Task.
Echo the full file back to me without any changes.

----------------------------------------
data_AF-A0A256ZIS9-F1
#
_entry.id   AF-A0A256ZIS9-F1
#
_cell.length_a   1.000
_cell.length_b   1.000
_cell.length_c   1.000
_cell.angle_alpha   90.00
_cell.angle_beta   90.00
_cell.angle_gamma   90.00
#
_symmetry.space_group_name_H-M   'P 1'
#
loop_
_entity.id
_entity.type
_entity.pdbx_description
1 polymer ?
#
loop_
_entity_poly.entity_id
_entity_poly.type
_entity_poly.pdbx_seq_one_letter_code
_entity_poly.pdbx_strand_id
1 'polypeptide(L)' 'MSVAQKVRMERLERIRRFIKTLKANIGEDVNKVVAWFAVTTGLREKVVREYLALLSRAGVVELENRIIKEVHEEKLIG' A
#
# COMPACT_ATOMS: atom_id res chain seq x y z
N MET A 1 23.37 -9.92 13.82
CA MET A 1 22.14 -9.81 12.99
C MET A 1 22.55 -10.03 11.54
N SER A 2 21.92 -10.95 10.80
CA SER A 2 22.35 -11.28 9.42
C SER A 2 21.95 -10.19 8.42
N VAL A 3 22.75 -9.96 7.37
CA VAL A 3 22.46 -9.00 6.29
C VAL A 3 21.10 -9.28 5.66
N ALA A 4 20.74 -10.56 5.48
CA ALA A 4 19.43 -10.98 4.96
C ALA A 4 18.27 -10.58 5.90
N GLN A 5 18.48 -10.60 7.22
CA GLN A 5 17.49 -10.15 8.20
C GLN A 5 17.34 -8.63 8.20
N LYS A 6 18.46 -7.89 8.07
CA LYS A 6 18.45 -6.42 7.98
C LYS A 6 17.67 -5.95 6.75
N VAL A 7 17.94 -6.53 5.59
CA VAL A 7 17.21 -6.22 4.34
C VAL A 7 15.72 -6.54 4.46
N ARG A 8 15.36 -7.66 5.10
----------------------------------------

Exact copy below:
data_AF-A0A256ZIS9-F1
#
_entry.id   AF-A0A256ZIS9-F1
#
_cell.length_a   1.000
_cell.length_b   1.000
_cell.length_c   1.000
_cell.angle_alpha   90.00
_cell.angle_beta   90.00
_cell.angle_gamma   90.00
#
_symmetry.space_group_name_H-M   'P 1'
#
loop_
_entity.id
_entity.type
_entity.pdbx_description
1 polymer ?
#
loop_
_entity_poly.entity_id
_entity_poly.type
_entity_poly.pdbx_seq_one_letter_code
_entity_poly.pdbx_strand_id
1 'polypeptide(L)' 'MSVAQKVRMERLERIRRFIKTLKANIGEDVNKVVAWFAVTTGLREKVVREYLALLSRAGVVELENRIIKEVHEEKLIG' A
#
# COMPACT_ATOMS: atom_id res chain seq x y z
N MET A 1 23.37 -9.92 13.82
CA MET A 1 22.14 -9.81 12.99
C MET A 1 22.55 -10.03 11.54
N SER A 2 21.92 -10.95 10.80
CA SER A 2 22.35 -11.28 9.42
C SER A 2 21.95 -10.19 8.42
N VAL A 3 22.75 -9.96 7.37
CA VAL A 3 22.46 -9.00 6.29
C VAL A 3 21.10 -9.28 5.66
N ALA A 4 20.74 -10.56 5.48
CA ALA A 4 19.43 -10.98 4.96
C ALA A 4 18.27 -10.58 5.90
N GLN A 5 18.48 -10.60 7.22
CA GLN A 5 17.49 -10.15 8.20
C GLN A 5 17.34 -8.63 8.20
N LYS A 6 18.46 -7.89 8.07
CA LYS A 6 18.45 -6.42 7.98
C LYS A 6 17.67 -5.95 6.75
N VAL A 7 17.94 -6.53 5.59
CA VAL A 7 17.21 -6.22 4.34
C VAL A 7 15.72 -6.54 4.46
N ARG A 8 15.36 -7.66 5.10